Lacquering metals

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I have only tried to lacquer some metal once.
I first buffed the metal to polish it then wiped it down with denatured alcohol to get any waxes/residue off. After the lacquer (said it worked for metal) dried it was easy to get off. Any amount of firm handling and it would start scratching right off.
Anyone used any lacquer to preserve a polished metal?
Mike
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On 2/21/12 9:24 AM, Michael Joel wrote:

Cymbal companies use it as a protective coat. It works great to keep cymbals from tarnishing from skin oils.
However, it does nothing to prevent oak rust. :-)
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On 02/21/2012 09:52 AM, -MIKE- wrote:

Clear lacquer works great over brass; they've been doing it for years on brass instruments like trumpets and trombones. I don't know if the cymbal companies use lacquer or something else (and of course, cymbals are made of bronze, not brass), but it seems to work well in that context too, at least until you've worn the coating off with repeated thrashings. :-)
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On 2/21/12 10:23 AM, Steve Turner wrote:

George did a lot of research on this when he owned his drum shop in Akron. He was offering a cymbal polishing service and wanted to be able to replace the coating the manufacturers put on. He spoke with the "Big 3" and they all said they used lacquer. Of course, they was that term gets thrown around by woodworkers, who knows if it's actually lacquer that cymbal makers use. :-)
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On 02/21/2012 10:29 AM, -MIKE- wrote:

Whatever it is, they must be using a *very* thin coat. I remember cleaning and polishing up one of my cymbals back in late seventies and spraying it with a moderate coat of lacquer to see what the effect would be. I might as well have draped a washcloth over the dumb thing. It sounded like a pizza box. :-)
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On 2/21/2012 10:23 AM, Steve Turner wrote:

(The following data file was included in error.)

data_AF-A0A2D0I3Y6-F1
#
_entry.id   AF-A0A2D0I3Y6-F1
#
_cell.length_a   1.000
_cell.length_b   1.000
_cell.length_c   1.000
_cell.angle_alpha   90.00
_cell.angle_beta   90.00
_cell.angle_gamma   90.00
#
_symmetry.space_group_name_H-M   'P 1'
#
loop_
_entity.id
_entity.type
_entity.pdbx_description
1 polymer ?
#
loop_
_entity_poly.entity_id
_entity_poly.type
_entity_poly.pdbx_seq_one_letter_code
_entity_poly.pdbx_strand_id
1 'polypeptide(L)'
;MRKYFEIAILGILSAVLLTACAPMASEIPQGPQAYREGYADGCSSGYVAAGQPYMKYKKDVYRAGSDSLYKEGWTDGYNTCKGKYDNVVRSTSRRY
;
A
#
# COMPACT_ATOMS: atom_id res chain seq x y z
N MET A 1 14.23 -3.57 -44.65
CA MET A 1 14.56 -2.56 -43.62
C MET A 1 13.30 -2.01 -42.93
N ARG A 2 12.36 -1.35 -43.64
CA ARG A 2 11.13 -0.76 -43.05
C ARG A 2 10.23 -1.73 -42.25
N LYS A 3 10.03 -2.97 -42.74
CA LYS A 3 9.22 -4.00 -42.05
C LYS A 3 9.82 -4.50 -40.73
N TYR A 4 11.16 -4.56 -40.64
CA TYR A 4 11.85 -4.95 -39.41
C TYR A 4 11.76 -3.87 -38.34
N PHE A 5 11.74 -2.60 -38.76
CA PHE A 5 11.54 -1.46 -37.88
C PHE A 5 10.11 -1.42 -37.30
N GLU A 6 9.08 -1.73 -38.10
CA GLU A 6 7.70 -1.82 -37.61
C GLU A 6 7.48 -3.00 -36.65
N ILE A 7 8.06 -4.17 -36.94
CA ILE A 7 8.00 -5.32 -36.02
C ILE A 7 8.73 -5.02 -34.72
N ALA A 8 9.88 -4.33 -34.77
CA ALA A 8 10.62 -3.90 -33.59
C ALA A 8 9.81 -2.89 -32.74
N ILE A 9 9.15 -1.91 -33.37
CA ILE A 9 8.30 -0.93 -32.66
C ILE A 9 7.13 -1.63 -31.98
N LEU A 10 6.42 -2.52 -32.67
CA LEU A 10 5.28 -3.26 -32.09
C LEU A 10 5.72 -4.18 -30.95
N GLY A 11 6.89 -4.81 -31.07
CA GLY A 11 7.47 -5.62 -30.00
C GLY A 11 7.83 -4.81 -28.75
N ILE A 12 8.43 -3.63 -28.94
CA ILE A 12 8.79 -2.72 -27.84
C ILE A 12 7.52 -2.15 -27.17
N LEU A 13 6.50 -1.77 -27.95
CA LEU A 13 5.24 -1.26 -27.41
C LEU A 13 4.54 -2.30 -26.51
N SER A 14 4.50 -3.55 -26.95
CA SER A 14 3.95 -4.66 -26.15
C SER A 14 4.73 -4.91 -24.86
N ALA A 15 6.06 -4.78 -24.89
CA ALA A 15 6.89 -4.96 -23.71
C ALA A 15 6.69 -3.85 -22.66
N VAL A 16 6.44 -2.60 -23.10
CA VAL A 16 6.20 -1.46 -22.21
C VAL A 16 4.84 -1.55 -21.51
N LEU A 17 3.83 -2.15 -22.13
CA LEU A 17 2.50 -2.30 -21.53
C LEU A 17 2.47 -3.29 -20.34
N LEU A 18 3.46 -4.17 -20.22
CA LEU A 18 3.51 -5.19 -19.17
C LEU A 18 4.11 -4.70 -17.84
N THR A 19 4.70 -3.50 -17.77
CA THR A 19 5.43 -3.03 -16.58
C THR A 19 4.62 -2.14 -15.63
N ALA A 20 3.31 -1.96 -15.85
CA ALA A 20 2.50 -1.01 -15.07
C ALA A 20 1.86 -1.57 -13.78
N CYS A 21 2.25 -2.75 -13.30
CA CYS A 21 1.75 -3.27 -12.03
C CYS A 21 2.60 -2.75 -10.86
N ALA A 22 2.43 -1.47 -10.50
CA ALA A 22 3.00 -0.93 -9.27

I did this very thing once, exactly 49 years ago this summer, in England, using what was sold over the counter at the time as "egg shell varnish" (? I have no idea). I polished the brass and put on two coats of same with a nail polish brush.
An 18th century French carriage clock, which thereafter sat on my parents dresser for 47 of those 49 years without being touched, and although the brass did tarnish, it has only done so in the last two of those 49 years:
https://picasaweb.google.com/111355467778981859077/EWoodShopJustStuff#5711622993203924674
This thread is of vital interest to me as my original intention was to re-do it every fifty years ... one more year to go before the first scheduled maintenance. :)
(for the curious: the rocks on top belong to one of our pups (a true rockhound), and are part of her prized collection of rare jewel pebbles which she collects on walks, carries back to the house in her mouth, then drops on the kitchen floor next to the window ... apparently only because she can't reach the sill).
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On 2/21/2012 11:43 AM, Swingman wrote:

https://picasaweb.google.com/111355467778981859077/EWoodShopJustStuff#5711622993203924674
That's kind of like garage furniture, if you just buy it or it is given it to you, it's just not the same! Some in my family have "hoarding" tendencies too. I think she drops them on the kitchen floor for your approval--maybe an "atta-girl" or something like that! : )
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Swingman wrote:

That's cute :)
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Refers to the finished texture/appearance - not high gloss.
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On 02/21/2012 09:24 AM, Michael Joel wrote:

Forget what you've done with lacquer in the woodworking realm; if you want to put lacquer on metal and have it last you need to think in terms of automotive painting processes. It kinda depends on what kind of "metal" we're talking about here, but in general a good primer is a must, preferable an "etching" primer that (as I understand it) has some amount of acid content gives it very strong adherence to the metal. And these days there are far better paints available for metal than just "lacquer" (presumably we're talking about good ol' nitrocellulose lacquer here). Maybe "nailshooter" Robert will chime in here, but barring that the simplest thing you could do to address the problem would be to go down to your local automotive supply store and see what they have available in rattle cans. Any of that is bound to be better than just straight lacquer over metal.
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On 02/21/2012 09:59 AM, Steve Turner wrote:

Of course, I just realized you're probably talking about a clear coat over metal, in which case most of what I just said is not really applicable. :-) In this case, it probably is going to be pretty dependant on what kind of metal you're going over. Aluminum, for example, is notoriously difficult to get any kind of paint to stick to it.
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On Tue, 21 Feb 2012 11:01:22 -0500, "Mike Marlow"